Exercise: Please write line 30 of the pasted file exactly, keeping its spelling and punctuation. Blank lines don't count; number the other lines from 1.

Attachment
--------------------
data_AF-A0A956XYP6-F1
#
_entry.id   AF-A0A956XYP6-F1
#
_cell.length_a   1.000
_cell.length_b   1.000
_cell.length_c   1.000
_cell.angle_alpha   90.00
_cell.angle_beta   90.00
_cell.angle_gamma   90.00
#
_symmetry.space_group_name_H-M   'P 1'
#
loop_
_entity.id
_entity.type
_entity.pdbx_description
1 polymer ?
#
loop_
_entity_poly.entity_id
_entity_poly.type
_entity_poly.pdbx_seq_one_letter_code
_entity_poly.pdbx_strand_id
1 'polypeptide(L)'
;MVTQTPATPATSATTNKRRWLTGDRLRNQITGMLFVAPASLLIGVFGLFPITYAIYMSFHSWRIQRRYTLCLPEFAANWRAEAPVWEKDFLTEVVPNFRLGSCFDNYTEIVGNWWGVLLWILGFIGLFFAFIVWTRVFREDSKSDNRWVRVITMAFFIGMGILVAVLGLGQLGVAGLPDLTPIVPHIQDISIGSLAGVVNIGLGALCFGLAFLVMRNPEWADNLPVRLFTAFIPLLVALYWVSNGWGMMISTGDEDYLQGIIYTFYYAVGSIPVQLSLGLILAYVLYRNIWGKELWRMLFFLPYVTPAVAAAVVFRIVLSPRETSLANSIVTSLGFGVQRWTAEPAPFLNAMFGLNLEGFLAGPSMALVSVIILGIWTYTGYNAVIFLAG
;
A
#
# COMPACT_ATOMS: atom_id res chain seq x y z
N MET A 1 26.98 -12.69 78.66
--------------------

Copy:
# COMPACT_ATOMS: atom_id res chain seq x y z